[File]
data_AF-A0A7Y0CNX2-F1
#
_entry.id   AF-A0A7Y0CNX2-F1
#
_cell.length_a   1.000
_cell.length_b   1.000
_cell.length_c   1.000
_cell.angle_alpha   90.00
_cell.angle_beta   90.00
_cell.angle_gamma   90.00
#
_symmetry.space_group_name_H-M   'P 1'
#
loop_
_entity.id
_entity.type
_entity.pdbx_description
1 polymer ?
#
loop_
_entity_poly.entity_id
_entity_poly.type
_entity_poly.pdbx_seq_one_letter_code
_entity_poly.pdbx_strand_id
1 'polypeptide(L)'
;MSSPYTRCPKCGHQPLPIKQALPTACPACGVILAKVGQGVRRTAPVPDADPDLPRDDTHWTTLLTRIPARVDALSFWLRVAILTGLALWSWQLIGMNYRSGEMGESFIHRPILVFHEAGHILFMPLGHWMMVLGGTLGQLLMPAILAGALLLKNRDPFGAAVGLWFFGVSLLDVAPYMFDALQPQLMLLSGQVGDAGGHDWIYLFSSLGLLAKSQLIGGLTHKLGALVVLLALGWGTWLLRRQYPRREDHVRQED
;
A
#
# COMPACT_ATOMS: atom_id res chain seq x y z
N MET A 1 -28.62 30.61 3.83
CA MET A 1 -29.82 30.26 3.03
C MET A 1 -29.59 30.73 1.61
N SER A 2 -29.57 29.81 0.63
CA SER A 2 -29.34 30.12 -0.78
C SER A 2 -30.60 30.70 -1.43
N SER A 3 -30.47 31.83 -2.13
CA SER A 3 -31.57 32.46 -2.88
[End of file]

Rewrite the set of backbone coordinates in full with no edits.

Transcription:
data_AF-A0A7Y0CNX2-F1
#
_entry.id   AF-A0A7Y0CNX2-F1
#
_cell.length_a   1.000
_cell.length_b   1.000
_cell.length_c   1.000
_cell.angle_alpha   90.00
_cell.angle_beta   90.00
_cell.angle_gamma   90.00
#
_symmetry.space_group_name_H-M   'P 1'
#
loop_
_entity.id
_entity.type
_entity.pdbx_description
1 polymer ?
#
loop_
_entity_poly.entity_id
_entity_poly.type
_entity_poly.pdbx_seq_one_letter_code
_entity_poly.pdbx_strand_id
1 'polypeptide(L)'
;MSSPYTRCPKCGHQPLPIKQALPTACPACGVILAKVGQGVRRTAPVPDADPDLPRDDTHWTTLLTRIPARVDALSFWLRVAILTGLALWSWQLIGMNYRSGEMGESFIHRPILVFHEAGHILFMPLGHWMMVLGGTLGQLLMPAILAGALLLKNRDPFGAAVGLWFFGVSLLDVAPYMFDALQPQLMLLSGQVGDAGGHDWIYLFSSLGLLAKSQLIGGLTHKLGALVVLLALGWGTWLLRRQYPRREDHVRQED
;
A
#
# COMPACT_ATOMS: atom_id res chain seq x y z
N MET A 1 -28.62 30.61 3.83
CA MET A 1 -29.82 30.26 3.03
C MET A 1 -29.59 30.73 1.61
N SER A 2 -29.57 29.81 0.63
CA SER A 2 -29.34 30.12 -0.78
C SER A 2 -30.60 30.70 -1.43
N SER A 3 -30.47 31.83 -2.13
CA SER A 3 -31.57 32.46 -2.88